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The U.S. Electric Bus Transition - An Analysis of Funding and Financing Mechanisms

dc.contributor.advisor Buley, John Liu, Dexter 2019-04-29T14:13:18Z 2019-04-29T14:13:18Z 2019-04-26
dc.description.abstract Electric buses are poised to represent an increasingly larger share of the United States bus market due to the benefits of avoided air pollution, zero carbon emissions, and lower operation & maintenance costs. However, while total cost of ownership is approaching parity for electric buses versus diesel buses (and in some cases, even undercutting diesel), transit agencies and municipalities face the common problem of high upfront capital expenditures required for electric buses versus traditional diesel-powered alternatives. Based on secondary literature review and primary interviews conducted with industry participants, the existing ecosystem of electric bus manufacturers, transit agencies/municipalities, and government agencies are mapped out alongside the existing frameworks for financing electric buses. These frameworks primarily revolve around federal grants, state-level grants, and Volkswagen emissions settlement funds. This is then followed by an analysis of the feasibility of recent and innovative financing models such as battery leasing, utility ownership, and energy-as-a-service and what it will take for these models to scale up.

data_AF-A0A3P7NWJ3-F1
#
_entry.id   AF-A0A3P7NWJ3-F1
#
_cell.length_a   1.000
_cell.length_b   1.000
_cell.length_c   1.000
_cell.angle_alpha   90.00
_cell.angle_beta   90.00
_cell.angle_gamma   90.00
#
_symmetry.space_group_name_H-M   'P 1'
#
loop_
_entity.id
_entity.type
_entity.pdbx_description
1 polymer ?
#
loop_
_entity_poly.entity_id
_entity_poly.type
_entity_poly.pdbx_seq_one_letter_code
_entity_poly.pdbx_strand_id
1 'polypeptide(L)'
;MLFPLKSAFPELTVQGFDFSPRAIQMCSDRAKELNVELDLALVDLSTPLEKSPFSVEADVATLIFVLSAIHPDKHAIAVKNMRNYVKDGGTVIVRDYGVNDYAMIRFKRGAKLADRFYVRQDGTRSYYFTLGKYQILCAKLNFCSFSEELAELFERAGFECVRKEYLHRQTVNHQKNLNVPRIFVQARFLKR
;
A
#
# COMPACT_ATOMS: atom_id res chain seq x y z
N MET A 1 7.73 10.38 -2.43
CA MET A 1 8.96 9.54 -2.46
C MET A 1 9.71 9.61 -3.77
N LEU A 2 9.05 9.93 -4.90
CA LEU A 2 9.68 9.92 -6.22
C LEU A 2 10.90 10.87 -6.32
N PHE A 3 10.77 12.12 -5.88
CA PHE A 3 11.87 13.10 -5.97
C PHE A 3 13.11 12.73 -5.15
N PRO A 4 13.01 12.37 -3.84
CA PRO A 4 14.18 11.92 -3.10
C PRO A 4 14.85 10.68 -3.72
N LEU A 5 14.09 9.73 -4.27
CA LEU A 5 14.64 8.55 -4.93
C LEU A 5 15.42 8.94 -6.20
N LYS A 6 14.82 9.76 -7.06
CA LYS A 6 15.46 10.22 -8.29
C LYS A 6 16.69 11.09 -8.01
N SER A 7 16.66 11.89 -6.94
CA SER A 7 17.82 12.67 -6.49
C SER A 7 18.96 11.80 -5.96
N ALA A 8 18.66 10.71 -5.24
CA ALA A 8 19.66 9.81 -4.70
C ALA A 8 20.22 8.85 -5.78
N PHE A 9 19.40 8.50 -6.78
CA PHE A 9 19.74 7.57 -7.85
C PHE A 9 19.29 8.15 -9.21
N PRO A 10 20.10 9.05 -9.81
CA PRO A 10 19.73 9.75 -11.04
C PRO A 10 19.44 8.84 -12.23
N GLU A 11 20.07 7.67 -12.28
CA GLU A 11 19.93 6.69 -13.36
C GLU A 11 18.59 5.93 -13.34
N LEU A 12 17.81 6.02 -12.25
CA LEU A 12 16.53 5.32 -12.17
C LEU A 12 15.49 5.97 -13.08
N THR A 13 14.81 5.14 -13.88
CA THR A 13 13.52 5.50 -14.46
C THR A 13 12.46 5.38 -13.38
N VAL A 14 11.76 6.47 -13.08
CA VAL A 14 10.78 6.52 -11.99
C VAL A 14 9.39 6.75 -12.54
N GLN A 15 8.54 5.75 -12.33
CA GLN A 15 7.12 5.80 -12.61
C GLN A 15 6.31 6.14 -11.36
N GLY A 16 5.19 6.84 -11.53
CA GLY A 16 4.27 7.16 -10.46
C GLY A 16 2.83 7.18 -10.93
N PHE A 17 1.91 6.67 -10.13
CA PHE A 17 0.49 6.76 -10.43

dc.subject electric bus
dc.subject transportation
dc.subject public transit
dc.title The U.S. Electric Bus Transition - An Analysis of Funding and Financing Mechanisms
dc.type Master's project
dc.department Nicholas School of the Environment and Earth Sciences
duke.embargo.months 0

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